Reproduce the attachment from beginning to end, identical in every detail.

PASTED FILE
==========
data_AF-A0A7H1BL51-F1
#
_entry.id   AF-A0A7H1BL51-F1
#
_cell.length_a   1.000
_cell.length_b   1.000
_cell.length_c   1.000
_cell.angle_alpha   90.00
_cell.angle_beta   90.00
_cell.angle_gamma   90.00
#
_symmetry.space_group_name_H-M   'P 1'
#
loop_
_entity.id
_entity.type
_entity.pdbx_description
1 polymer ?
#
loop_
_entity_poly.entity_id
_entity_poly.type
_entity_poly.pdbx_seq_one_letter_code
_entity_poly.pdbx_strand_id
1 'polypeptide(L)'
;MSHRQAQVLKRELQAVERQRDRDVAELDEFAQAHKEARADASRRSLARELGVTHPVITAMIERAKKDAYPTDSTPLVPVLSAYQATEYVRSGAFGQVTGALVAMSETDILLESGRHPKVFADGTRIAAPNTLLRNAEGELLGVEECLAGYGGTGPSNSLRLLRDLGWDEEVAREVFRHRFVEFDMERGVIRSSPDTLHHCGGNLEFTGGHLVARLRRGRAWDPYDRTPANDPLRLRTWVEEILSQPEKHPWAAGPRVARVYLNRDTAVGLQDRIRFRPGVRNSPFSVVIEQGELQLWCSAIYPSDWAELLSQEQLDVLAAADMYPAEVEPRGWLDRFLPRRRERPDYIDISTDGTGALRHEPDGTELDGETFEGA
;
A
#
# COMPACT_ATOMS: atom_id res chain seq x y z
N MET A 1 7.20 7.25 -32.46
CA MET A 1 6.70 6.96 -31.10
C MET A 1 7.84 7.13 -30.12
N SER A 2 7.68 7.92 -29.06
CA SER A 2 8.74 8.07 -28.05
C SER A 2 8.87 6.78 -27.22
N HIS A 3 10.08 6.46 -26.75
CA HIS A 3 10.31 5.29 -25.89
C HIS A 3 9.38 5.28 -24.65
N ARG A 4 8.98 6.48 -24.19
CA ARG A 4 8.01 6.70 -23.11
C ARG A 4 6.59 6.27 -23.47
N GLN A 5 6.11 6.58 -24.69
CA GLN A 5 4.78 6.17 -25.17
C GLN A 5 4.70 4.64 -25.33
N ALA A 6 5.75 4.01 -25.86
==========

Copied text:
data_AF-A0A7H1BL51-F1
#
_entry.id   AF-A0A7H1BL51-F1
#
_cell.length_a   1.000
_cell.length_b   1.000
_cell.length_c   1.000
_cell.angle_alpha   90.00
_cell.angle_beta   90.00
_cell.angle_gamma   90.00
#
_symmetry.space_group_name_H-M   'P 1'
#
loop_
_entity.id
_entity.type
_entity.pdbx_description
1 polymer ?
#
loop_
_entity_poly.entity_id
_entity_poly.type
_entity_poly.pdbx_seq_one_letter_code
_entity_poly.pdbx_strand_id
1 'polypeptide(L)'
;MSHRQAQVLKRELQAVERQRDRDVAELDEFAQAHKEARADASRRSLARELGVTHPVITAMIERAKKDAYPTDSTPLVPVLSAYQATEYVRSGAFGQVTGALVAMSETDILLESGRHPKVFADGTRIAAPNTLLRNAEGELLGVEECLAGYGGTGPSNSLRLLRDLGWDEEVAREVFRHRFVEFDMERGVIRSSPDTLHHCGGNLEFTGGHLVARLRRGRAWDPYDRTPANDPLRLRTWVEEILSQPEKHPWAAGPRVARVYLNRDTAVGLQDRIRFRPGVRNSPFSVVIEQGELQLWCSAIYPSDWAELLSQEQLDVLAAADMYPAEVEPRGWLDRFLPRRRERPDYIDISTDGTGALRHEPDGTELDGETFEGA
;
A
#
# COMPACT_ATOMS: atom_id res chain seq x y z
N MET A 1 7.20 7.25 -32.46
CA MET A 1 6.70 6.96 -31.10
C MET A 1 7.84 7.13 -30.12
N SER A 2 7.68 7.92 -29.06
CA SER A 2 8.74 8.07 -28.05
C SER A 2 8.87 6.78 -27.22
N HIS A 3 10.08 6.46 -26.75
CA HIS A 3 10.31 5.29 -25.89
C HIS A 3 9.38 5.28 -24.65
N ARG A 4 8.98 6.48 -24.19
CA ARG A 4 8.01 6.70 -23.11
C ARG A 4 6.59 6.27 -23.47
N GLN A 5 6.11 6.58 -24.69
CA GLN A 5 4.78 6.17 -25.17
C GLN A 5 4.70 4.64 -25.33
N ALA A 6 5.75 4.01 -25.86